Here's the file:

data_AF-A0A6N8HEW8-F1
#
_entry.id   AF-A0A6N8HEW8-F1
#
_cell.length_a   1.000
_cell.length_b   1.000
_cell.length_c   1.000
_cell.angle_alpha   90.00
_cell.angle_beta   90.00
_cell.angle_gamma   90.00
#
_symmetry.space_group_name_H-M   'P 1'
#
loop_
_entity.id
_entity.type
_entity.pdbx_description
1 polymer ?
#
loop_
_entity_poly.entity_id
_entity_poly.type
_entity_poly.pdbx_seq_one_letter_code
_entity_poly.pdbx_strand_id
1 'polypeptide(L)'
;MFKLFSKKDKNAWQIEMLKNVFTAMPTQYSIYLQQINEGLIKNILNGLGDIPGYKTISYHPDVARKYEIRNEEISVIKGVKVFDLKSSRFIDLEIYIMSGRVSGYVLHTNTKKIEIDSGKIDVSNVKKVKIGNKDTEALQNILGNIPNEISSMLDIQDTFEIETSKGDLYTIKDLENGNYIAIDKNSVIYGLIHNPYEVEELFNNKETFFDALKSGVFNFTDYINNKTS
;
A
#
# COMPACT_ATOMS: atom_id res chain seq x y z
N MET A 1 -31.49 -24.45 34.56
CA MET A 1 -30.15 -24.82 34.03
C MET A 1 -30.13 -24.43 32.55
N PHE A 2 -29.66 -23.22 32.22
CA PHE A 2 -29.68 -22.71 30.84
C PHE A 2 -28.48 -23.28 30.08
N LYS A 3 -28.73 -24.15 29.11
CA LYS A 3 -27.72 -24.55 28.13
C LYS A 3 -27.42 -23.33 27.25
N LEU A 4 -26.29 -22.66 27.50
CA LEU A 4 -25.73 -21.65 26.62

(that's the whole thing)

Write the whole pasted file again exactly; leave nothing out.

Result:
data_AF-A0A6N8HEW8-F1
#
_entry.id   AF-A0A6N8HEW8-F1
#
_cell.length_a   1.000
_cell.length_b   1.000
_cell.length_c   1.000
_cell.angle_alpha   90.00
_cell.angle_beta   90.00
_cell.angle_gamma   90.00
#
_symmetry.space_group_name_H-M   'P 1'
#
loop_
_entity.id
_entity.type
_entity.pdbx_description
1 polymer ?
#
loop_
_entity_poly.entity_id
_entity_poly.type
_entity_poly.pdbx_seq_one_letter_code
_entity_poly.pdbx_strand_id
1 'polypeptide(L)'
;MFKLFSKKDKNAWQIEMLKNVFTAMPTQYSIYLQQINEGLIKNILNGLGDIPGYKTISYHPDVARKYEIRNEEISVIKGVKVFDLKSSRFIDLEIYIMSGRVSGYVLHTNTKKIEIDSGKIDVSNVKKVKIGNKDTEALQNILGNIPNEISSMLDIQDTFEIETSKGDLYTIKDLENGNYIAIDKNSVIYGLIHNPYEVEELFNNKETFFDALKSGVFNFTDYINNKTS
;
A
#
# COMPACT_ATOMS: atom_id res chain seq x y z
N MET A 1 -31.49 -24.45 34.56
CA MET A 1 -30.15 -24.82 34.03
C MET A 1 -30.13 -24.43 32.55
N PHE A 2 -29.66 -23.22 32.22
CA PHE A 2 -29.68 -22.71 30.84
C PHE A 2 -28.48 -23.28 30.08
N LYS A 3 -28.73 -24.15 29.11
CA LYS A 3 -27.72 -24.55 28.13
C LYS A 3 -27.42 -23.33 27.25
N LEU A 4 -26.29 -22.66 27.50
CA LEU A 4 -25.73 -21.65 26.62